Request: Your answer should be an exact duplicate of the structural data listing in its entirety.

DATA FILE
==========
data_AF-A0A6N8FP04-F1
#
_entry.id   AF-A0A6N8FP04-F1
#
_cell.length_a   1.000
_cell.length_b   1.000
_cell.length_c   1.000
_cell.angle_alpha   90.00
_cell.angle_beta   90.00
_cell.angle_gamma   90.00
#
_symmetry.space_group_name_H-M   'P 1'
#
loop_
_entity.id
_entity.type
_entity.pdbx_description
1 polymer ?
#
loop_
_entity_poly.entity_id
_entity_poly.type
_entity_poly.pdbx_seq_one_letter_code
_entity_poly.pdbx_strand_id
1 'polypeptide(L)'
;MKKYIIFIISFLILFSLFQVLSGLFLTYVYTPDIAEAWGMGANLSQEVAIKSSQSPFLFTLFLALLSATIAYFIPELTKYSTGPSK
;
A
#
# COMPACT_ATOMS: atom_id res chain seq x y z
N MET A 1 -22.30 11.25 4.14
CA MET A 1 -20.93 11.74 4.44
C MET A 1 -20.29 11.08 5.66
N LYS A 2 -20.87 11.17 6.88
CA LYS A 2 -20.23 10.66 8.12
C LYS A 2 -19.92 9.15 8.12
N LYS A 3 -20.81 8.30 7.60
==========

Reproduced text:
data_AF-A0A6N8FP04-F1
#
_entry.id   AF-A0A6N8FP04-F1
#
_cell.length_a   1.000
_cell.length_b   1.000
_cell.length_c   1.000
_cell.angle_alpha   90.00
_cell.angle_beta   90.00
_cell.angle_gamma   90.00
#
_symmetry.space_group_name_H-M   'P 1'
#
loop_
_entity.id
_entity.type
_entity.pdbx_description
1 polymer ?
#
loop_
_entity_poly.entity_id
_entity_poly.type
_entity_poly.pdbx_seq_one_letter_code
_entity_poly.pdbx_strand_id
1 'polypeptide(L)'
;MKKYIIFIISFLILFSLFQVLSGLFLTYVYTPDIAEAWGMGANLSQEVAIKSSQSPFLFTLFLALLSATIAYFIPELTKYSTGPSK
;
A
#
# COMPACT_ATOMS: atom_id res chain seq x y z
N MET A 1 -22.30 11.25 4.14
CA MET A 1 -20.93 11.74 4.44
C MET A 1 -20.29 11.08 5.66
N LYS A 2 -20.87 11.17 6.88
CA LYS A 2 -20.23 10.66 8.12
C LYS A 2 -19.92 9.15 8.12
N LYS A 3 -20.81 8.30 7.60